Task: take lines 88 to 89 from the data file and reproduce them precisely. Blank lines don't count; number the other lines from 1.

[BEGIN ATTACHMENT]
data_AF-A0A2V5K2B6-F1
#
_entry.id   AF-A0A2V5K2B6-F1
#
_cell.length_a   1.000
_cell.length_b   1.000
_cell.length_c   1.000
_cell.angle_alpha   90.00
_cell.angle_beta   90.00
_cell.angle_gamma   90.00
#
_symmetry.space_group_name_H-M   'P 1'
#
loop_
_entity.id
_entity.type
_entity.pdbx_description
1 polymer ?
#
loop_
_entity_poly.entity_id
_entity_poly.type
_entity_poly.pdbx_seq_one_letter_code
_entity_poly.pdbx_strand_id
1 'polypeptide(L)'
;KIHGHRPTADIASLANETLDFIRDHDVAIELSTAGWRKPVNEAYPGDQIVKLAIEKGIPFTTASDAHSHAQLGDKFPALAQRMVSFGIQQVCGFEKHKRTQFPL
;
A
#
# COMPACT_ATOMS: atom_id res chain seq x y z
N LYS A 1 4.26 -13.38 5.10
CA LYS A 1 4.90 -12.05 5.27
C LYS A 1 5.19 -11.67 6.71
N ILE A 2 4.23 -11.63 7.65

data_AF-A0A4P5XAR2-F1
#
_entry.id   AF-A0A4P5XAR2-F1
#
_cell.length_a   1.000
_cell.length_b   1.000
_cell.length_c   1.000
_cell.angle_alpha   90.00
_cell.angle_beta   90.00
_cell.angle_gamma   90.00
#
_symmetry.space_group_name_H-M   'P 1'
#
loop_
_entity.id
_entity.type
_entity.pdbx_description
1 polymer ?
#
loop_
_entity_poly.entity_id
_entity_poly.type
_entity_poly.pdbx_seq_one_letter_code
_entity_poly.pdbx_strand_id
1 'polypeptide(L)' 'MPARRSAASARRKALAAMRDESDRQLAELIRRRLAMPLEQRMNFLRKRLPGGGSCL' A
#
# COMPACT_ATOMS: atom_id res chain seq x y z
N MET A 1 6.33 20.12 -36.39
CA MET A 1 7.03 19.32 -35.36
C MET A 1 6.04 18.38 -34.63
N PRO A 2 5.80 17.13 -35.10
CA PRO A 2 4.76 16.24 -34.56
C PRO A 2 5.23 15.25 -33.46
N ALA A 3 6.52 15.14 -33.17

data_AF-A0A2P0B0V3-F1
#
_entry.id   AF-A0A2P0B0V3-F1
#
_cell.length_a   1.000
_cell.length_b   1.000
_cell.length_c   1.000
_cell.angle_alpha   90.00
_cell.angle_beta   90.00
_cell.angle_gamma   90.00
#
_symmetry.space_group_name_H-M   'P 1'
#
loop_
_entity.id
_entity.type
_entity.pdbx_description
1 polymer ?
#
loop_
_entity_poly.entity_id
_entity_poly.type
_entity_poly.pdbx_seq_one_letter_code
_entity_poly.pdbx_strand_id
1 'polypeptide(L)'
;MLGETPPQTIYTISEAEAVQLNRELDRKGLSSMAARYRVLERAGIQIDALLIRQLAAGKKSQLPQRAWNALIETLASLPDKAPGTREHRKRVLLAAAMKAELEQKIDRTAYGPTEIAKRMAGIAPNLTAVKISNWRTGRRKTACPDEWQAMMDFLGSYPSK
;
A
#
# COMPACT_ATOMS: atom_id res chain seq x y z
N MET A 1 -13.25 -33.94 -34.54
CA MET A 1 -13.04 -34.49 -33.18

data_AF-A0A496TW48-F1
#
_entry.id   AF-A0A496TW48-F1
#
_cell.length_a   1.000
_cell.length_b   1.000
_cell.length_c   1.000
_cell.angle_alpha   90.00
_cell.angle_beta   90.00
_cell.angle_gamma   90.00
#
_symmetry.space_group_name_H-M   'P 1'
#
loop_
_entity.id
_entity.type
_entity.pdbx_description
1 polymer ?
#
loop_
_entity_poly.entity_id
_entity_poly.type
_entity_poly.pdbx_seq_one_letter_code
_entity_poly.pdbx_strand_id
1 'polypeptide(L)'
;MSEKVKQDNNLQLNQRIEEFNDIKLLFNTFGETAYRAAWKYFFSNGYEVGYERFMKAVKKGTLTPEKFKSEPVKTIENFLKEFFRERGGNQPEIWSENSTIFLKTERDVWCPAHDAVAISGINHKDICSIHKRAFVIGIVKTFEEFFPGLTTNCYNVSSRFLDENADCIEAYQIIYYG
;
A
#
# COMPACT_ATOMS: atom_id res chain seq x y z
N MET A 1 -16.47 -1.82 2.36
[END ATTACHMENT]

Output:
loop_
_entity_poly.entity_id